Polyvagal theory is built on the triune brain theory. It helpfully points out the role of the vagus nerve in the use of emotion (true), but incorrectly claims that emotions arise in the body and that these emotions directly, through the nerve, effect biological processes, such as heartrate. 

Neuroscientist Lisa Feldman Barrett provides a more up to date primer on the science of the brain. You will note that I didn’t explicitly say a more accurate primer. I’m convinced that we still know so little about the brain that we should reserve firm convictions about its functioning.

These theories amount to a creation myth of humanity. It’s unfortunate because it plants a seed of doubt of the other findings she reports on, and with such a thoroughly researched book, there are many subjects that she reports on. Why she chose to damage her credibility (critiques of these theories have been available for over 20 years) by not acknowledging conflicting science is an “own goal.”

Coping with Stress and Recovery from Chronic Stress

Despite the reliance on incorrect theories, from both experience and other available brain research, it does appear that the connection of physiology and our mental state is well-established, and that deactivating stress requires focused attention and committed practice. 

Where Stanley’s research has support is in the findings of applying her techniques to soldiers returning from or preparing to enter combat. And my own self experimentation demonstrates that the techniques are effective. 

Stanley recommends using a Mind Fitness Practice in your life to manage stress. She has developed a training, which the book doesn’t cover, that is more elaborate. It is called MMFT. 

She cautions that using these exercises can be disruptive for people experiencing chronic or extreme stress, and don’t replace therapy. She further recommends incorporating professional help from a somatic or psychiatric therapist and emphasizes that these exercises shouldn’t substitute for therapy.

Contact Points Exercise

This exercise develops your ability to control your attention. Ideally, it should be done for 15 minutes. If you don’t have the habit, you won’t have the stamina to focus that long. Start with 5 minutes instead.

  1. Sit down in a quiet spot alone, preferably back against a wall

  2. Sit with spine straight

  3. Bring attention to physical sensations of tightness, and note where these physical sensations are in the body.

  4. Pay attention to the physical sensations between your body and external surfaces to your body: this is easiest to do in any of the three below.

    1. Where your feet touch the floor.

    2. Where your butt touches the chair.

    3. Where your hands touch your legs, or each other.

  5. Choose a contact point and focus your attention on the felt sense for the duration of the experience.

  6. When your mind wanders, gently, without judgment, bring it back to the contact point.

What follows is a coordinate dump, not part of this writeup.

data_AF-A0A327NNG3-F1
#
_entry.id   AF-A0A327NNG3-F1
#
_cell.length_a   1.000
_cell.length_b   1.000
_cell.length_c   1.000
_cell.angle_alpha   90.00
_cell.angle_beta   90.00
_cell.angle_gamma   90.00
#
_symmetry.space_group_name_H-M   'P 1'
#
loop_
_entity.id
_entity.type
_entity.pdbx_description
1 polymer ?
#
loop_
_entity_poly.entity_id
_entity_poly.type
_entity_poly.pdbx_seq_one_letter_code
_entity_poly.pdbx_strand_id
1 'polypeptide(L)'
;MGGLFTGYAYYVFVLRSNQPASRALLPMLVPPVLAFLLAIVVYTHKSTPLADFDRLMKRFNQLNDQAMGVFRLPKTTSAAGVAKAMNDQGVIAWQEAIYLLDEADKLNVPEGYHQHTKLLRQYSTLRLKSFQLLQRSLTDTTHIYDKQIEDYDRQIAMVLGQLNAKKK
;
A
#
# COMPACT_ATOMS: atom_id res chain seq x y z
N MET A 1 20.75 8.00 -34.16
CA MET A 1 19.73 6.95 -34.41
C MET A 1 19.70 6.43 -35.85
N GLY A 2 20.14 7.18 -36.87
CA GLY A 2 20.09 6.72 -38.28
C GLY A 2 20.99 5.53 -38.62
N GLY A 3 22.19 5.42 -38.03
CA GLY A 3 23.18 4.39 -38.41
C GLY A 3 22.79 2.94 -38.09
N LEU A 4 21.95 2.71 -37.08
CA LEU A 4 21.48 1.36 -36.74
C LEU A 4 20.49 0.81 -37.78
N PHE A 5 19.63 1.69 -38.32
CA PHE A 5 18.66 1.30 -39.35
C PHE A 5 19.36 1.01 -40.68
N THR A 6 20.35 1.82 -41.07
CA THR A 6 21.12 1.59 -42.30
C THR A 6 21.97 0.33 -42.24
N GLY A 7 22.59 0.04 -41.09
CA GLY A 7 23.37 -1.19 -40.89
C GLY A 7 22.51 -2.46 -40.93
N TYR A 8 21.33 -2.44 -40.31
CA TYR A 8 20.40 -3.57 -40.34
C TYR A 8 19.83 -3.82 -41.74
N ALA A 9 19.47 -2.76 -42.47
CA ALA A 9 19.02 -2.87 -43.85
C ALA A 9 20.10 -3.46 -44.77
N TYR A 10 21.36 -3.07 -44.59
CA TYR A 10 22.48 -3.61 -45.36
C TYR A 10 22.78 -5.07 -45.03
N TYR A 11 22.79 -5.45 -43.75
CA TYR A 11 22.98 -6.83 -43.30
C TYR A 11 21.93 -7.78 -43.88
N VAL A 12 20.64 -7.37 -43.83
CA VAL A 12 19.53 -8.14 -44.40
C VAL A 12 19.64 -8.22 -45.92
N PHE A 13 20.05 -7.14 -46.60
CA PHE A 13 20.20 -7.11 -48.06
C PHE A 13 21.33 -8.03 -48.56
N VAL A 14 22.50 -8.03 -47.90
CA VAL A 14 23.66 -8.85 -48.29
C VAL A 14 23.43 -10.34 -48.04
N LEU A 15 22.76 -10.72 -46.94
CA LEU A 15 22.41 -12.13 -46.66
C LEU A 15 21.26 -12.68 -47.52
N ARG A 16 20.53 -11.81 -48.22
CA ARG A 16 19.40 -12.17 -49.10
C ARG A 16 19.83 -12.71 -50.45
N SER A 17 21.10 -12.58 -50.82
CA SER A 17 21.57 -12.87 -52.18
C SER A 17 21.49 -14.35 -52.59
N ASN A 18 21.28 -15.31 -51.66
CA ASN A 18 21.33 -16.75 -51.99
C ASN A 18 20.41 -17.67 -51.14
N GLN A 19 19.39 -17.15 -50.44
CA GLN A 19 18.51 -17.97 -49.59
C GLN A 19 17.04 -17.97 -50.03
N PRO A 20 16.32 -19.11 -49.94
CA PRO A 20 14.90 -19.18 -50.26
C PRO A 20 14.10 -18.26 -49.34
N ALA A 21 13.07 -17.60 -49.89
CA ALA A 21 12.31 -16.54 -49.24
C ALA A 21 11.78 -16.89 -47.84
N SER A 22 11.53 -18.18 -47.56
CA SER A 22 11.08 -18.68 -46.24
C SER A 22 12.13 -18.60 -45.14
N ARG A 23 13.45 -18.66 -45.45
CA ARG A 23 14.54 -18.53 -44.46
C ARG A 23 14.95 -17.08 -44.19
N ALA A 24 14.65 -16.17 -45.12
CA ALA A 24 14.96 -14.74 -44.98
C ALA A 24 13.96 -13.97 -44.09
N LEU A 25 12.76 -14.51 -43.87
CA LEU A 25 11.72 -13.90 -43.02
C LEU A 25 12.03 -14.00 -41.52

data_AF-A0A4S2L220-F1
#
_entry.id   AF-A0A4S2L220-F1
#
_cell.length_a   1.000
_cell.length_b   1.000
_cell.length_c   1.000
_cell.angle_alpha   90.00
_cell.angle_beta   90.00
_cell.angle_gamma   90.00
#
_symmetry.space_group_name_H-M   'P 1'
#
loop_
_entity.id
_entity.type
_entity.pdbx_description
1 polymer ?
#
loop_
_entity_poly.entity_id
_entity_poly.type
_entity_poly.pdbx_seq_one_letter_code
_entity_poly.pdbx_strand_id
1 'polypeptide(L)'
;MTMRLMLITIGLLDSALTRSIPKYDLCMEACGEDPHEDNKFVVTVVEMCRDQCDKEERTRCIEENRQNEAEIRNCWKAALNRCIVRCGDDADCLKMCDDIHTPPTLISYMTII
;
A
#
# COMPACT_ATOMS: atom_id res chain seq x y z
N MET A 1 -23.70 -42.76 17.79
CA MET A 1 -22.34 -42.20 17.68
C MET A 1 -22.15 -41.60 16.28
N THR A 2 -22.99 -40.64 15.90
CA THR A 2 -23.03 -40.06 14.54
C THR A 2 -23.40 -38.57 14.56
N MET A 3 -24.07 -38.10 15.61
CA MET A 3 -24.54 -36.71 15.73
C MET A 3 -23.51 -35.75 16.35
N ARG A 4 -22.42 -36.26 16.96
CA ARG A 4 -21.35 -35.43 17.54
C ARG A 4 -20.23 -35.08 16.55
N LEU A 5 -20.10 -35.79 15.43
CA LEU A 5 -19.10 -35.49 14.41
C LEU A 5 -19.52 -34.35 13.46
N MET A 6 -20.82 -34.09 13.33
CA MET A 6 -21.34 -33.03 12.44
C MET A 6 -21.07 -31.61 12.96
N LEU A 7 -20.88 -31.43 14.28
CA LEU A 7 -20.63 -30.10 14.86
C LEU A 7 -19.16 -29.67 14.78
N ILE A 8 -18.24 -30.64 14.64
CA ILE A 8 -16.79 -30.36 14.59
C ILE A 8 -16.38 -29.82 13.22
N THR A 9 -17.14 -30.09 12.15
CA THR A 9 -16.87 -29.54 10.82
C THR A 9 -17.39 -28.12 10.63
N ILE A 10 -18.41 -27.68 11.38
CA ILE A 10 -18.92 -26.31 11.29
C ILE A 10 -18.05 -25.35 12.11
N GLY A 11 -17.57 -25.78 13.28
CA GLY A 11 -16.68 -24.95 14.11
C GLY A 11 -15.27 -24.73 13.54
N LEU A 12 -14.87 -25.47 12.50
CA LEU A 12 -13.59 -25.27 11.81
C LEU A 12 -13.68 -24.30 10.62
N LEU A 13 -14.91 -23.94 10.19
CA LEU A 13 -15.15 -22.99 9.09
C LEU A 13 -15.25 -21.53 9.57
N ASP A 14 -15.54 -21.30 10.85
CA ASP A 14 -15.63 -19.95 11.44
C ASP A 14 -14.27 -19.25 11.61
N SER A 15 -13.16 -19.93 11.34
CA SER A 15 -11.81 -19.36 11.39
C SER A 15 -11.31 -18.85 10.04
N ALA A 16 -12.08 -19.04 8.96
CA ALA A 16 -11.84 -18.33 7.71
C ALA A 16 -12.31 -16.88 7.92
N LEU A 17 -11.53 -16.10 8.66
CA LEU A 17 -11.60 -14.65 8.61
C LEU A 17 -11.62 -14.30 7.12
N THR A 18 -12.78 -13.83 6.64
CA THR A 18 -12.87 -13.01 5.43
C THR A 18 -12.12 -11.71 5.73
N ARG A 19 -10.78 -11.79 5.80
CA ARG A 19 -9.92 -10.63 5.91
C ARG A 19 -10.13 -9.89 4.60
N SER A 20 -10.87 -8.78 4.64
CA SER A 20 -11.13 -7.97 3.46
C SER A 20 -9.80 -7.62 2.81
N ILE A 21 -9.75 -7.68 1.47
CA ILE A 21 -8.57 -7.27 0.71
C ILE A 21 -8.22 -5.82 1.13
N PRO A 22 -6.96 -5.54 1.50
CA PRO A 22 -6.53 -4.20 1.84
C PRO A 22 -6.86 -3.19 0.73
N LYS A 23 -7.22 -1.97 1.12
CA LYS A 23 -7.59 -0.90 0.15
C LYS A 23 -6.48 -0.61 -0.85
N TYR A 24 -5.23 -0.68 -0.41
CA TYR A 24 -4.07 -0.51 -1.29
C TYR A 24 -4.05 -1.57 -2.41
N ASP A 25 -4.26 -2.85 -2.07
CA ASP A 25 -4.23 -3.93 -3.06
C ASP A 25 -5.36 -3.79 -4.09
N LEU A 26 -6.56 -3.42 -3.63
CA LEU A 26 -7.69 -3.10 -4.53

The Ground and Release Exercise

This exercise pairs with the Contact Points exercise. The first 5 points generally match the Contact Points exercise. I found this exercise to be very similar to the Focusing mindfulness exercise, which I’ve benefited from practicing

  1. When experiencing mild to moderate stress, sit down in a quiet spot alone, preferably back against a wall

  2. Sit with spine straight

  3. Bring attention to symptoms of stress, and note what related physical sensations are in the body. For me, the most common ones are:

    1. Feeling shame

    2. Feeling overwhelm

    3. Tightness in chest

    4. Racing/anxious/ruminating thoughts

  4. Notice that you are activated. In your mind, say it to yourself

  5. Find a place in your body where you feel the most stable or solid, and fix attention there. This is usually the contact points.

  6. Aim for the felt sense of that spot.

  7. Attention may go back to the source of stress or symptoms of stress, keep redirecting to contact points.

  8. Keep redirecting until you feel more relaxed or settled, or until you notice an indicator of release. For me, most commonly:

    1. Deeper breathing

    2. Flushed skin, sweating 

    3. Sighing

  9. If no notice of release, open eyes and look around, name to yourself what you are seeing 

Stop after a single cycle of release. 

If it doesn’t work, then it’s likely you’re outside the window, and cardio is best bet. Try the exercise again during the cooldown period of that exercise.

Get in “Mental Shape” to Develop Stamina: 4 Weeks of a Mental Fitness Schedule

The above exercises are based on:

  •  Mindfulness training

  • Body-based trauma therapies

  • Sensorimotor psychotherapy

  • Somatic experiencing

  • Trauma Resilience Model

Week 1: 

Do the Contact Points exercise for 5 minutes, 2 or 3 times a day.

Week 2:

Do the Contact Points exercise for 8-10 minutes, 2 times per day.

Week 3:

More Contact Points. Extend to 10-15 minutes, 2 times per day.

When you notice you experience mild stress, try a Ground and Release exercise. 

Week 4:

Contact Points. 15 minutes, twice a day.

Use the Ground and Release exercise when experiencing stress.

Consider other meditative practices to add in: a walk in nature, breathing exercises (I’ll have more to say about this in the future).